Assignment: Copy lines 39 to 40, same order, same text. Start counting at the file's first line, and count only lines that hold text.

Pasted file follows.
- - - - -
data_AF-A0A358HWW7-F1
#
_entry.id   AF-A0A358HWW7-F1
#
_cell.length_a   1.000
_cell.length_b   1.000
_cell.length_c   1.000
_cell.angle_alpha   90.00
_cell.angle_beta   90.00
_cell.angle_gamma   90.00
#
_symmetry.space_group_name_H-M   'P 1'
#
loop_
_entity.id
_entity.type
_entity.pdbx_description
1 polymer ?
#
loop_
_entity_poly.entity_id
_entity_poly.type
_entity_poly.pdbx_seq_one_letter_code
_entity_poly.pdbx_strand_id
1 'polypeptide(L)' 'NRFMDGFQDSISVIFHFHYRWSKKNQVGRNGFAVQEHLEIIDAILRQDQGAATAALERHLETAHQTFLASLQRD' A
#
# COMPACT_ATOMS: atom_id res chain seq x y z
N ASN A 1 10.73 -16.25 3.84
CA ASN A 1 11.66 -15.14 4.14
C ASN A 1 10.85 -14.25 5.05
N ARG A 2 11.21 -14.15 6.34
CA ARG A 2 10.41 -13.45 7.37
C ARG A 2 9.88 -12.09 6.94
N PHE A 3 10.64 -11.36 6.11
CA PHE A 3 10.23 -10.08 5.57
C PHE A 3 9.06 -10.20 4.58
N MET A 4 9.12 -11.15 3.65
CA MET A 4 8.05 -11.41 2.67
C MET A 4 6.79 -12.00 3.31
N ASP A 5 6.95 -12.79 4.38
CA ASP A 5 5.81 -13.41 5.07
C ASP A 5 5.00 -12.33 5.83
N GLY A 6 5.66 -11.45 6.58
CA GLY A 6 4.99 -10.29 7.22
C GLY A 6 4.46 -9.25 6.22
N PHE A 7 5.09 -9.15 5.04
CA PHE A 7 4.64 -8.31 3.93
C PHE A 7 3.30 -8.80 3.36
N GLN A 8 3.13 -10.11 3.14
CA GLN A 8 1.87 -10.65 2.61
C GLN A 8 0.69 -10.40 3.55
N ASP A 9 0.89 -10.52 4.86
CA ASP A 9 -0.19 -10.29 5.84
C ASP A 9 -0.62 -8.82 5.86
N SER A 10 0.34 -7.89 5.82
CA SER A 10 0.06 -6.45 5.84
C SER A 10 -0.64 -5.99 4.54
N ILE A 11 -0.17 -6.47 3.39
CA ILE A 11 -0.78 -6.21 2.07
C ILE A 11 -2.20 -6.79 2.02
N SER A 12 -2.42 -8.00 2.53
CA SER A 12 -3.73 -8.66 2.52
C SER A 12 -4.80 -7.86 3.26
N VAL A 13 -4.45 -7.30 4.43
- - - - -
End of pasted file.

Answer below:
C MET A 4 6.79 -12.00 3.31
N ASP A 5 6.95 -12.79 4.38